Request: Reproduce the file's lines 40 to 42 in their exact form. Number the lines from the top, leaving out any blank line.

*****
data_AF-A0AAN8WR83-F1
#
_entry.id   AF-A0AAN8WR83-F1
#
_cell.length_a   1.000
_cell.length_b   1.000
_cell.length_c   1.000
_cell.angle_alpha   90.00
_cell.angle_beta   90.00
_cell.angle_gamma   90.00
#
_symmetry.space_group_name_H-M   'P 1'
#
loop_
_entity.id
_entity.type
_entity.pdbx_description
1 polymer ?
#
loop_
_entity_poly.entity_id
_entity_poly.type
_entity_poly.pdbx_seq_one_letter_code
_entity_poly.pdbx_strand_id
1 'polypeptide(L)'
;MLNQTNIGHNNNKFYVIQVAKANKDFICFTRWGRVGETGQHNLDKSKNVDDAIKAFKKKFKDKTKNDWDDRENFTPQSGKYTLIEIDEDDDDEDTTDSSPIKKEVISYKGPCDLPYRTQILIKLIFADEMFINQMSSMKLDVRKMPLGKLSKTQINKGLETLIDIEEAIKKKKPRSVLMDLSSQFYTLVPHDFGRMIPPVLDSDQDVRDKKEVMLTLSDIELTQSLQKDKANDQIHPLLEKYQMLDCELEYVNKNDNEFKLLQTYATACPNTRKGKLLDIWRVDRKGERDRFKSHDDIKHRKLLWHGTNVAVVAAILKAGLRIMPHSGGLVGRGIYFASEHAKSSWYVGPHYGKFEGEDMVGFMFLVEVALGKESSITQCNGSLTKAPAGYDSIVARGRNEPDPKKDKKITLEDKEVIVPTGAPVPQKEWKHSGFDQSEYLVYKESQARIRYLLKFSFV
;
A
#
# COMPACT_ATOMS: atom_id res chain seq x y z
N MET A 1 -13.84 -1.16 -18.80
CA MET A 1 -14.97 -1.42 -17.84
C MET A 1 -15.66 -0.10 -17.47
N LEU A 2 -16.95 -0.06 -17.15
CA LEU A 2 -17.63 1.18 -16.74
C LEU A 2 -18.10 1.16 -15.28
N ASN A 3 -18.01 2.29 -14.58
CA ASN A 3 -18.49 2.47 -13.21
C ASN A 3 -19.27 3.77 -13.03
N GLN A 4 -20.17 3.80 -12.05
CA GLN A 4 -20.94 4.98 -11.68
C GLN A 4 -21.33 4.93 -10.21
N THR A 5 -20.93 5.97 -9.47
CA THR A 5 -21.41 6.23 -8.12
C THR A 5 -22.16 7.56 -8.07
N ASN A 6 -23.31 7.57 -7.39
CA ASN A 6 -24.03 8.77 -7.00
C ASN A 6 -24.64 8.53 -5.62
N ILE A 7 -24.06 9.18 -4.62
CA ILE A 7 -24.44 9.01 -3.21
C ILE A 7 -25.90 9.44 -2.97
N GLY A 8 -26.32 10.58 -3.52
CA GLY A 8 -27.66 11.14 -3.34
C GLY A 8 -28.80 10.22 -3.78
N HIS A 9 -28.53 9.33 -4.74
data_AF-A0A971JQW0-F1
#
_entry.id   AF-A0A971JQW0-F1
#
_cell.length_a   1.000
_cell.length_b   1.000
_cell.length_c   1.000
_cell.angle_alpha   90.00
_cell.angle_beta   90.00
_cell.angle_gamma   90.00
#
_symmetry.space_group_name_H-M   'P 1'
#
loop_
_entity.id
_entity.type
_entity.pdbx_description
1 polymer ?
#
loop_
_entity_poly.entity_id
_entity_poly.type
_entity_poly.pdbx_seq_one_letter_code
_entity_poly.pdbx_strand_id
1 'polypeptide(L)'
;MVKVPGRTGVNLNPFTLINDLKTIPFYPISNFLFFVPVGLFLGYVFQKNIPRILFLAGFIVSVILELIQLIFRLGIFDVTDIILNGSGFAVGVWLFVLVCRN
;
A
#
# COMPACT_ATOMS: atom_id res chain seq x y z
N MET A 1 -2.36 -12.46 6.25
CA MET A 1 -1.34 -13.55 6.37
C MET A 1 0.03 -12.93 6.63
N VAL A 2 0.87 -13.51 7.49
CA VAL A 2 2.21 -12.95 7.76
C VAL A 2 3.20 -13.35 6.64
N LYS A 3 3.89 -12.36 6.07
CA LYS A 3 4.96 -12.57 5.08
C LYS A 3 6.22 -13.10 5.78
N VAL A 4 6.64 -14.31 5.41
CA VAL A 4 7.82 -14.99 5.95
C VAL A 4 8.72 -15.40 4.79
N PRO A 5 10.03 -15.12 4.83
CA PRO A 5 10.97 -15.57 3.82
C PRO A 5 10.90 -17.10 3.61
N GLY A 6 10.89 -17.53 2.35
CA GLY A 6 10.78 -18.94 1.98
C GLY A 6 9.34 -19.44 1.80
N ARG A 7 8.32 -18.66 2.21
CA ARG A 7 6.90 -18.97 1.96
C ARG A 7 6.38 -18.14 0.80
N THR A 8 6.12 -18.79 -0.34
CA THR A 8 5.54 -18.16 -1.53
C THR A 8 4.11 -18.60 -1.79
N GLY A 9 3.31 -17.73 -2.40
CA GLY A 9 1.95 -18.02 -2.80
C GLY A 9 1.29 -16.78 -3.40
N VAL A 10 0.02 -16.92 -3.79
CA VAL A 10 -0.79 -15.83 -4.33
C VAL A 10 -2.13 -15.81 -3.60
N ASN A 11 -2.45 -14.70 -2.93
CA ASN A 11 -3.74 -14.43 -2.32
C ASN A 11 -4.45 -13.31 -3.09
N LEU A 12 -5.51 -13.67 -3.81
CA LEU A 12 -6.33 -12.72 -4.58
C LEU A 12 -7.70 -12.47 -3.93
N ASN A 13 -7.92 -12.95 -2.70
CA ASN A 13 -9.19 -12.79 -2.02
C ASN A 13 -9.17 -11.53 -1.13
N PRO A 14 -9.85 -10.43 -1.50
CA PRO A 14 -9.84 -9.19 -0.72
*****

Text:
N GLN A 4 -20.17 3.80 -12.05
CA GLN A 4 -20.94 4.98 -11.68
C GLN A 4 -21.33 4.93 -10.21